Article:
Day 20

July 27, 2018 22:00 UTC Team Barcelona Duo (Exercism)Subscribe to this teams's activities

Amalia
I downloaded the exercism codebase and set it up. This time it took 20 minutes instead of two days, which I am super proud of. Even though it's a small thing, I can see that I have progressed because I was able to understand some of the problems that I was facing and solve them. I then spent the day reviewing more rails and trying to understand some of the exercism codebase. While there is a lot of things and files that I do not understand in the codebase, I was able to understand a few files, and I was able to see what the pieces did. This was massive progress because the last time I looked at the codebase it was completely alien to me. In the afternoon my head was going to explode from cramming rails so I started to read through the GitHub issues and the questions mentors had on slack. I tried to see if there were features we could develop. I ended the day with Emily explaining what an integration pipe line looks like. She also showed me how she does TDD in Python. Integration pipelines look complicated to set up, but conceptually they are awesome.

Lori
Today was the last day of EuroPython. My two favorite talks of the day was one on automating testing with GitHub and Travis and writing error messages. The testing talk was timely as our project uses these technologies and I was able to get more insight how one can integrate automated testing in the development process.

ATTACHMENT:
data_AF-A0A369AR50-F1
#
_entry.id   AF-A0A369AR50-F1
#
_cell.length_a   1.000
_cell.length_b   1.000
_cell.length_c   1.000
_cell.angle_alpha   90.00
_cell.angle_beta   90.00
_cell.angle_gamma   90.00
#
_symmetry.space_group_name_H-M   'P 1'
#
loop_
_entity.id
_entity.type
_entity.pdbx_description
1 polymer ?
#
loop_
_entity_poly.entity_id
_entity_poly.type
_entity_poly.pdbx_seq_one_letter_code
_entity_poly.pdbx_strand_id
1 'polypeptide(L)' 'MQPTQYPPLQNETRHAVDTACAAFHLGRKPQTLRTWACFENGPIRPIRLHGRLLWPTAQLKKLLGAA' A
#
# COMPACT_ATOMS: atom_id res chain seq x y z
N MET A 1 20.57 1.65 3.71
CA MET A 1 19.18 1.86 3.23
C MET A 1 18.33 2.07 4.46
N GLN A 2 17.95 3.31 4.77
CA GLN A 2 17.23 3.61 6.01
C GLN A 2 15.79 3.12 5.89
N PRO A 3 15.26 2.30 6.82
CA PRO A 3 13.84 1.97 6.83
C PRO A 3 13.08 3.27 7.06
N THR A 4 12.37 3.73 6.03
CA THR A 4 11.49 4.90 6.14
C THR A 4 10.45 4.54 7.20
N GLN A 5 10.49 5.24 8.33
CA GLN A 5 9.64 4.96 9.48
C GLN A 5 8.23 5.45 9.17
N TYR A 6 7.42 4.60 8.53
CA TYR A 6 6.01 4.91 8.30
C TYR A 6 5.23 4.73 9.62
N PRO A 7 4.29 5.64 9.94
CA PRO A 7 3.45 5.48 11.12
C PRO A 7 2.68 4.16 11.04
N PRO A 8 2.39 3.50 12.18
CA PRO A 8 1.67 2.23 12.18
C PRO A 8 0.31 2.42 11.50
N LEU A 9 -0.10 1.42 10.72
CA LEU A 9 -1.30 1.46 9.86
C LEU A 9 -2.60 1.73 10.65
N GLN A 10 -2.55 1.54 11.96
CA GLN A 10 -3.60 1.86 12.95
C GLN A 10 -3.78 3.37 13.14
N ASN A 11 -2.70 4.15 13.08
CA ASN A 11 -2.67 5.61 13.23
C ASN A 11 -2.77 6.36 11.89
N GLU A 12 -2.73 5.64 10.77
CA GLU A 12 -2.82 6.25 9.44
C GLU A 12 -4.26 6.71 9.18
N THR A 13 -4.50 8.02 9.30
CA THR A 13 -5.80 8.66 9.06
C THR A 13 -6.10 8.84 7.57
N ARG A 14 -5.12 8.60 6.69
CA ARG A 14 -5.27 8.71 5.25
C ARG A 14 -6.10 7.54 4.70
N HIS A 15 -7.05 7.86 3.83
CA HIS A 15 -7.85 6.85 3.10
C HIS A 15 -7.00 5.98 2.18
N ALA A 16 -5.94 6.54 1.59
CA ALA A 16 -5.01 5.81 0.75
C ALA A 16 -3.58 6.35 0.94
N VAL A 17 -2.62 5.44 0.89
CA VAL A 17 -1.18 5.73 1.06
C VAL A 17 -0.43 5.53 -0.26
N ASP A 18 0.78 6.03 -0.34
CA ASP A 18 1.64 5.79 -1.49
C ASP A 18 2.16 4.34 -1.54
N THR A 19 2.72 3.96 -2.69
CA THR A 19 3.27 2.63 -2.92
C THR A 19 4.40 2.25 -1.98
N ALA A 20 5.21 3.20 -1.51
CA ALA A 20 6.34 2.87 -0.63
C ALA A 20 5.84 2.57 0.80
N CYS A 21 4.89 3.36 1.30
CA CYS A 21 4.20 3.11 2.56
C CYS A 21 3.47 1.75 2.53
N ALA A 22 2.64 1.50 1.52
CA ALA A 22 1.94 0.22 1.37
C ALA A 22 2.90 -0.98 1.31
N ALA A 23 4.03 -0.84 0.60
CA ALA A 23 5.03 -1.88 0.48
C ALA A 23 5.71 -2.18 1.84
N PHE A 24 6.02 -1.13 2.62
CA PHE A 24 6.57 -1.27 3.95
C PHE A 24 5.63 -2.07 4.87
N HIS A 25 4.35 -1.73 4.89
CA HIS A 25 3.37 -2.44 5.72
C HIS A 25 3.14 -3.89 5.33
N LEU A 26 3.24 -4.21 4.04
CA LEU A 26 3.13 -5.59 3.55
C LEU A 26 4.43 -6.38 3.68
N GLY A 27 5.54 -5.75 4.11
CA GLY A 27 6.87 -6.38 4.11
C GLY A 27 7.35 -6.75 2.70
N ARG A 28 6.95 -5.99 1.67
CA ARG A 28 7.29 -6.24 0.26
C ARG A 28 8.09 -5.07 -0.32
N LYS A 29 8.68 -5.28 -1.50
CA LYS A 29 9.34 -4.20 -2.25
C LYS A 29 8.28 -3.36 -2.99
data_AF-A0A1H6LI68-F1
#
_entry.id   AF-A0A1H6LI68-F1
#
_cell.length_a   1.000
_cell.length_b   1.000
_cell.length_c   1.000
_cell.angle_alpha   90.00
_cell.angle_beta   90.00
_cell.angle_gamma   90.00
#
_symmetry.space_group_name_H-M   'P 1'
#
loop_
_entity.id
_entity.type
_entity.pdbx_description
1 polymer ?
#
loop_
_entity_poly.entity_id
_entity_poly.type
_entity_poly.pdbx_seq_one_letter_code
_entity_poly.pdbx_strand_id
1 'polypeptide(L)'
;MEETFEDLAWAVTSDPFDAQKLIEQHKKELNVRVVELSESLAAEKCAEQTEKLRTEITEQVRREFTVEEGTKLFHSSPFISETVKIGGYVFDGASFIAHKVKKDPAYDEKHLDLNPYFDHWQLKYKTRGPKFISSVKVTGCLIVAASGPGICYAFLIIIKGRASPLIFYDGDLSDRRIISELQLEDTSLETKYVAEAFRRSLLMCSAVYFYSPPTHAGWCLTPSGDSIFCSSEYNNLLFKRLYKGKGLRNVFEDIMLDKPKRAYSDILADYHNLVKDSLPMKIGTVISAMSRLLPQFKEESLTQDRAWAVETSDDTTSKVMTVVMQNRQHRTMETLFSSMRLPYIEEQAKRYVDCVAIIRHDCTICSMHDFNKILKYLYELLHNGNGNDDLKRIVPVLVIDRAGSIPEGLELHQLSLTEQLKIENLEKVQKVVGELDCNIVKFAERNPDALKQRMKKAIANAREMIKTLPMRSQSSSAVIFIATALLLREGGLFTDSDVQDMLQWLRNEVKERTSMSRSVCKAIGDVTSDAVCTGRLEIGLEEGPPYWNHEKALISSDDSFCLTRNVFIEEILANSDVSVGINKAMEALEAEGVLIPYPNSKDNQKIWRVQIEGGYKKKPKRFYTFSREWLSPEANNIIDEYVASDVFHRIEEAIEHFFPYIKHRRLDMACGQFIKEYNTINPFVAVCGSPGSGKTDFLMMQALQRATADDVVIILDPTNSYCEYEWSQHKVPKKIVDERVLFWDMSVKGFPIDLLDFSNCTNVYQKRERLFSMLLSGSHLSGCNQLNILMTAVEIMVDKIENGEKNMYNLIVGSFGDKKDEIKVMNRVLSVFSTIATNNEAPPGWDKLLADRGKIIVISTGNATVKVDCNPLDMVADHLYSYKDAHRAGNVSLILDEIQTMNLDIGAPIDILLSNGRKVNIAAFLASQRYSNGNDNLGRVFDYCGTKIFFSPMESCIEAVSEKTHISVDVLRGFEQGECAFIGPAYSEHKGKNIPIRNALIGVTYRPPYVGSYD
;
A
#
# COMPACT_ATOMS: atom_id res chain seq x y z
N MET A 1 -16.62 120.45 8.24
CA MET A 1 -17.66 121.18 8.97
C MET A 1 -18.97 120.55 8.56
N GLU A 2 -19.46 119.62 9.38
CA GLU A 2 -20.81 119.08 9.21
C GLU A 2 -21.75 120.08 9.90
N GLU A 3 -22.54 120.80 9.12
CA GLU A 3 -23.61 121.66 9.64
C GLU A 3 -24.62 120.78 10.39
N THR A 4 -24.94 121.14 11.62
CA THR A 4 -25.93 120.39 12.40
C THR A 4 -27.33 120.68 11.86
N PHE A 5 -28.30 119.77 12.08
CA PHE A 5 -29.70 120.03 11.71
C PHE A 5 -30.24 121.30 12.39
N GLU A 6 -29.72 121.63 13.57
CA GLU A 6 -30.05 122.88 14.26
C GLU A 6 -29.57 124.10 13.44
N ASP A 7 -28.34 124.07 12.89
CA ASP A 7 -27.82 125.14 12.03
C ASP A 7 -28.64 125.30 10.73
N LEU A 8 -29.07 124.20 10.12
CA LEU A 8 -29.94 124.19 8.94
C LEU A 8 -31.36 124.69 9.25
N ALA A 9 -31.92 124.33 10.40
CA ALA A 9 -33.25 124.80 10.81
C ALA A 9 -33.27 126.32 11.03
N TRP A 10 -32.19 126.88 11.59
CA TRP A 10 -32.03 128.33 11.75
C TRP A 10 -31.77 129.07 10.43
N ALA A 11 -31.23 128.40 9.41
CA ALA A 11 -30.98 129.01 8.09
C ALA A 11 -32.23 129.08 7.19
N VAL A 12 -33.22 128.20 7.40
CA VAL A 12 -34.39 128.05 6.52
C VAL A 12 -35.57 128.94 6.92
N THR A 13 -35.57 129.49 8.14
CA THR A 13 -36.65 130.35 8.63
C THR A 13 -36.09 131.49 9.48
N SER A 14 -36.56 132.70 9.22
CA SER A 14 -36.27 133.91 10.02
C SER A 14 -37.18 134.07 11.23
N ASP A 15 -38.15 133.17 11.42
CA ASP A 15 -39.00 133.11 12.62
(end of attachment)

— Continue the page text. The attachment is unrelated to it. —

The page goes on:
The talk on error messages surprised me in that what seems like common sense now, hadn't occurred to me before: a programmer should consider her audience when writing error messages. That is, error messages should be instructive and not only identify what has triggered the error but also point the coder towards a solution (for a great example consider the BeautifulSoup library). Often we are stuck on obscure error messages and this talk gave some great tips on how one can write better messages. I had a chance to talk with the speaker after and he pointed me towards a great video from a previous Python conference that explained Python tracebacks.

My newest tech obsession is with decorators so I went to yet another talk on them. It was quite advanced. I didn't understand all of it, but after I wrote my first function decorator, so I guess I am making progress. The speaker was kind enough to give me his card for further communication should I like more help.

After the conference ended, I had coffee with two data science masters students. We talked about content analysis and possible future collaborations.

In the end, I exchanged email addresses and phone numbers with the new friends that I made. I am so happy that I went to EuroPython. It was an amazing experience where I felt like I was accepted into the Python community. I can't wait for next year!

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